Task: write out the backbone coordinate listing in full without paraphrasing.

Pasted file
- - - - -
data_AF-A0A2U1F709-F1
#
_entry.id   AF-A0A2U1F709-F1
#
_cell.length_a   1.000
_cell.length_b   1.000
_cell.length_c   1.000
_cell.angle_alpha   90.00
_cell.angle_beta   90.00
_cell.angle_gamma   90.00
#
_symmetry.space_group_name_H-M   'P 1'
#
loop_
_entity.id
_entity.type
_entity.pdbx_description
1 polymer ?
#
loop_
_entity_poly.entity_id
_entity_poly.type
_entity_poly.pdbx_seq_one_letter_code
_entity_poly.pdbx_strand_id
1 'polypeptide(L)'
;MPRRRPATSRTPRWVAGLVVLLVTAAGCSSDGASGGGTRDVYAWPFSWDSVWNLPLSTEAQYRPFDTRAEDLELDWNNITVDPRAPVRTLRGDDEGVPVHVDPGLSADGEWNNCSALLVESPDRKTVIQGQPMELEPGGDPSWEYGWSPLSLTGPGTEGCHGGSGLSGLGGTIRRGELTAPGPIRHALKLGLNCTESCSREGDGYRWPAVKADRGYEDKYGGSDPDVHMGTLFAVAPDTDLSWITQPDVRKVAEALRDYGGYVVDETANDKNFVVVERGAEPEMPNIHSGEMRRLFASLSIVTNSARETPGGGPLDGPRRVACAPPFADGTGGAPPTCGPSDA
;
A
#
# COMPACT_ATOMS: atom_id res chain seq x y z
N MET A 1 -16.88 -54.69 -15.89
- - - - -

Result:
data_AF-A0A2U1F709-F1
#
_entry.id   AF-A0A2U1F709-F1
#
_cell.length_a   1.000
_cell.length_b   1.000
_cell.length_c   1.000
_cell.angle_alpha   90.00
_cell.angle_beta   90.00
_cell.angle_gamma   90.00
#
_symmetry.space_group_name_H-M   'P 1'
#
loop_
_entity.id
_entity.type
_entity.pdbx_description
1 polymer ?
#
loop_
_entity_poly.entity_id
_entity_poly.type
_entity_poly.pdbx_seq_one_letter_code
_entity_poly.pdbx_strand_id
1 'polypeptide(L)'
;MPRRRPATSRTPRWVAGLVVLLVTAAGCSSDGASGGGTRDVYAWPFSWDSVWNLPLSTEAQYRPFDTRAEDLELDWNNITVDPRAPVRTLRGDDEGVPVHVDPGLSADGEWNNCSALLVESPDRKTVIQGQPMELEPGGDPSWEYGWSPLSLTGPGTEGCHGGSGLSGLGGTIRRGELTAPGPIRHALKLGLNCTESCSREGDGYRWPAVKADRGYEDKYGGSDPDVHMGTLFAVAPDTDLSWITQPDVRKVAEALRDYGGYVVDETANDKNFVVVERGAEPEMPNIHSGEMRRLFASLSIVTNSARETPGGGPLDGPRRVACAPPFADGTGGAPPTCGPSDA
;
A
#
# COMPACT_ATOMS: atom_id res chain seq x y z
N MET A 1 -16.88 -54.69 -15.89